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My 75-year-old neighbor called me one day and said, “Do you still do that knitting thing?”
I admitted that I did, and she asked if she could come over for some help. The sweater she had knit for her grandson wouldn’t fit over his head. I expected that it would be any easy fix: I would just show her how to do a more flexible bind-off for the neckband, and she’d be all set.
She arrived with a beautifully knit pullover. Unfortunately, the solution to her problem was not so simple. The cast-on edge at the bottom of the sweater was too tight to stretch over the child’s shoulders as it was being put on.
Me: What cast-on did you use, Helen?
Helen: The cast-on, like I’ve done for over 60 years.
Me: Which one is that?
Helen (spoken slowly and with a look of incredulity that a “professional knitter” would ask such a thing): You know, The Cast-On. The one where you don’t have any stitches on the needle and you put stitches on the needle so you can knit them.
It was at that moment I realized that not only did Helen know only one way to cast on, she didn’t realize that there were other ways of putting stitches on the needle. I explained to her that there are many different cast-ons, one of which might have resulted in a stretchier lower edge. She was both amazed and chagrined to find out that there were alternatives to a technique that she had been doing her entire knitting career.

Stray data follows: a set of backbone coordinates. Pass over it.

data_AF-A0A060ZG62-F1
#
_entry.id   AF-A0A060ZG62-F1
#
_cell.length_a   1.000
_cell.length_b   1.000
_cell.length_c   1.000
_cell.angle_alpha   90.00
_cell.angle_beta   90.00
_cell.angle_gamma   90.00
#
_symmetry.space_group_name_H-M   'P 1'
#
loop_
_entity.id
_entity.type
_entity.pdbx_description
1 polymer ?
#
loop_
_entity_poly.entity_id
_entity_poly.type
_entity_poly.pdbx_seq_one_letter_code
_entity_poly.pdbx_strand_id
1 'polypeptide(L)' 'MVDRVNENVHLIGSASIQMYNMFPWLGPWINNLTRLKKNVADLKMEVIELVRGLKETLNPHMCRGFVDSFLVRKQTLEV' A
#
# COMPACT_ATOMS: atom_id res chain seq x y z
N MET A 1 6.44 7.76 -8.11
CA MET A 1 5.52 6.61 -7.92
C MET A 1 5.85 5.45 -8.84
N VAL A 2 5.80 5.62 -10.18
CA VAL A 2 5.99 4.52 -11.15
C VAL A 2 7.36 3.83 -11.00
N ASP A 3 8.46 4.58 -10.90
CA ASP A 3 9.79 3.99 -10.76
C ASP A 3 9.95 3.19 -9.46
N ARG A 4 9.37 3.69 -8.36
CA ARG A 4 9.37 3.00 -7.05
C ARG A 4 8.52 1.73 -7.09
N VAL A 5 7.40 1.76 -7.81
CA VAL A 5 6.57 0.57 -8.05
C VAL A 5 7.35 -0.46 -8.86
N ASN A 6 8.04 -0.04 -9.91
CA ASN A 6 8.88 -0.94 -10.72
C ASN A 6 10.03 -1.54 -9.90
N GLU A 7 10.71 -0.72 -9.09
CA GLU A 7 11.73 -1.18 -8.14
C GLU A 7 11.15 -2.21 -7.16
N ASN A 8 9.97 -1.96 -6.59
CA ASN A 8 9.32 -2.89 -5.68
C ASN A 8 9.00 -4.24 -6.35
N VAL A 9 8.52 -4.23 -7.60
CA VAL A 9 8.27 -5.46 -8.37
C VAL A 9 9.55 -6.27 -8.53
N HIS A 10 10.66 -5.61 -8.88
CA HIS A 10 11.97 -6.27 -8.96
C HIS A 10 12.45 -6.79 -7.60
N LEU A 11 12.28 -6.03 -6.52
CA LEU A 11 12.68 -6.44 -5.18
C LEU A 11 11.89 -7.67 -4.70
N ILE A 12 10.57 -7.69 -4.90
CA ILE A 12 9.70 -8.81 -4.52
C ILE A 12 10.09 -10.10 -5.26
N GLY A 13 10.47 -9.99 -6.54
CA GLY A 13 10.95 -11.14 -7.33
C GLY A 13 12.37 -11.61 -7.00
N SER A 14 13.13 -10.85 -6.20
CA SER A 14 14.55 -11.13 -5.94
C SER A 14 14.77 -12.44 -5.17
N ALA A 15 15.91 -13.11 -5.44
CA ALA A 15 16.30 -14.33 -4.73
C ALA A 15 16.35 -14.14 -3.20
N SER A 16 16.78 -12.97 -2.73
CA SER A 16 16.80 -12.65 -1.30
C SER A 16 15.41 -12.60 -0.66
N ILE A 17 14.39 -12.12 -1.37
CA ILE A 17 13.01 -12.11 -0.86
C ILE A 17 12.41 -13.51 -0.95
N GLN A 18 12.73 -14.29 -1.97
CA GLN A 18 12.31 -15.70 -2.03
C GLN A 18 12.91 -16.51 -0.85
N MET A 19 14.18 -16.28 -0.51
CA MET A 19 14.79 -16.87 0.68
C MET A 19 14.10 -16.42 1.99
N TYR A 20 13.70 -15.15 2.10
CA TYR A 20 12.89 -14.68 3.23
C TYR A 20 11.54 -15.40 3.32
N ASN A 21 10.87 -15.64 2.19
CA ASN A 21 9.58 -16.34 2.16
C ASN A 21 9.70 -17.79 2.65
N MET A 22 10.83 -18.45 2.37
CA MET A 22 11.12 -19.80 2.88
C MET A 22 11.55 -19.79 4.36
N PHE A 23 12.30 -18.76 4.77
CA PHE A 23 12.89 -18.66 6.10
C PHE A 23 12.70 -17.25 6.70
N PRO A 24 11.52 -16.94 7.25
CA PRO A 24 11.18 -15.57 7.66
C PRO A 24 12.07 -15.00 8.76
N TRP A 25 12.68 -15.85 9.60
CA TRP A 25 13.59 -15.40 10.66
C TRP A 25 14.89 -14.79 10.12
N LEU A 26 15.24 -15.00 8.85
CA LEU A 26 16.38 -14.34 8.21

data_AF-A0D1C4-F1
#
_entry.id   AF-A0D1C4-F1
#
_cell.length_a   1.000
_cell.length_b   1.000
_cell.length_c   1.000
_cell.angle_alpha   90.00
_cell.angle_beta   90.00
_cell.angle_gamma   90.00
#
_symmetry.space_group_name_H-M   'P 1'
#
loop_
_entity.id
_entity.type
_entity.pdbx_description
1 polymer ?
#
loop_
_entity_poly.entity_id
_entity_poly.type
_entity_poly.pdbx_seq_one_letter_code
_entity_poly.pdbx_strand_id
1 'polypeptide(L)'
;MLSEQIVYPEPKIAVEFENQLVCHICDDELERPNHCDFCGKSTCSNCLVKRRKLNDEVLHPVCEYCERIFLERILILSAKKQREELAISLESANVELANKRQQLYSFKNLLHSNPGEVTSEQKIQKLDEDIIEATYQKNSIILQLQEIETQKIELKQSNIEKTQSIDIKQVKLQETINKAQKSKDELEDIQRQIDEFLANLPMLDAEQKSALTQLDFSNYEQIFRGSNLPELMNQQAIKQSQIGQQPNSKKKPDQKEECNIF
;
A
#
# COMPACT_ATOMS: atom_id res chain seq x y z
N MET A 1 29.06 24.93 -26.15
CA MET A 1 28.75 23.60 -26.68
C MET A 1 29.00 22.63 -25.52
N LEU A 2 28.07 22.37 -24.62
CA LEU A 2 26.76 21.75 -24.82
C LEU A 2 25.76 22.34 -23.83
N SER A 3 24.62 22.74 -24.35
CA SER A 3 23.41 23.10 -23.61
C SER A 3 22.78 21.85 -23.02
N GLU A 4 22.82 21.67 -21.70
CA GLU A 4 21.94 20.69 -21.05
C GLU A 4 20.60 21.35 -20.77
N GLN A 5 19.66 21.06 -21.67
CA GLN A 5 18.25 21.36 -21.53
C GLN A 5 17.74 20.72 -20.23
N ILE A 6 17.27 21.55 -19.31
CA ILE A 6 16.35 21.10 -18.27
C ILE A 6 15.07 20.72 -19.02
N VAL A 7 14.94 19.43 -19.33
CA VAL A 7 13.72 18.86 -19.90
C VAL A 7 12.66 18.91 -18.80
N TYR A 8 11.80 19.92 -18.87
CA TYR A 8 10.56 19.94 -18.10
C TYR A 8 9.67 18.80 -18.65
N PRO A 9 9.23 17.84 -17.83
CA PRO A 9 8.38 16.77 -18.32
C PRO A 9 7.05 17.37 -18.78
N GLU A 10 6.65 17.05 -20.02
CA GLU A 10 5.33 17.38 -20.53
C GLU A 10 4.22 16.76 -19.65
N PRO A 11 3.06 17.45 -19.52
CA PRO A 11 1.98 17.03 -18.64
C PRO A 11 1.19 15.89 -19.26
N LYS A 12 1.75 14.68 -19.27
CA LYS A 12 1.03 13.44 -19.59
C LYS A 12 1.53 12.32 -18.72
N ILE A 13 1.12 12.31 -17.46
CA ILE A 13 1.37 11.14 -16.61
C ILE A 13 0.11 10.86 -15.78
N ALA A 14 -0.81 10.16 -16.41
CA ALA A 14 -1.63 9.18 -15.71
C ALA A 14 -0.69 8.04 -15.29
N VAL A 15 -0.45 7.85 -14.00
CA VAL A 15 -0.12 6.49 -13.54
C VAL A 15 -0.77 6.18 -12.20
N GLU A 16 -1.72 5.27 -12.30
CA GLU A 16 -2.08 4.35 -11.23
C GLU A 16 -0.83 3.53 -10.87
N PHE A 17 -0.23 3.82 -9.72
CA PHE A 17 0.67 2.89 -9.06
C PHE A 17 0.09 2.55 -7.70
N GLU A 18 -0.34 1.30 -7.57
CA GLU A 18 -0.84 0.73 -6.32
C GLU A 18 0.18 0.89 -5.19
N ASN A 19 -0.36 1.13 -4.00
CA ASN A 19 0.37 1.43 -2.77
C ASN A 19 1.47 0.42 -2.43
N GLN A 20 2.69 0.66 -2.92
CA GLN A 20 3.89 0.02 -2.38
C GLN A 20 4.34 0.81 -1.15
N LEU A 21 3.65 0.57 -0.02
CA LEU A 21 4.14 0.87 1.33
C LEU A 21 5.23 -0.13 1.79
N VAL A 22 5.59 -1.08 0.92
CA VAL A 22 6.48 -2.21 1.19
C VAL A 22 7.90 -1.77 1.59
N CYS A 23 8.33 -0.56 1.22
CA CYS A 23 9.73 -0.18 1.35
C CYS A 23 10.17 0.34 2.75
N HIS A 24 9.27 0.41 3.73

Learning What to Learn
We’re all a bit like Helen, I think. Whether it’s knitting or crochet, there’s always something new to learn, but sometimes we don’t know what that something is.
Just last week, I watched an online class** taught by Sally Melville and learned a tweak that will help me remember, without experimentation (my previous method), which increase is M1-R and which is M1-L. I’m always trying to continue my education and figure out what I don’t know. To that end, I’m compiling a list of knit and crochet techniques that I want to be sure I’ve mastered. I’ll be sharing those lists with you in the coming weeks.
What’s on your list? Where do you go to learn new techniques and how do you determine what you don’t know? I’d love to hear your feedback in the comments below or via Facebook.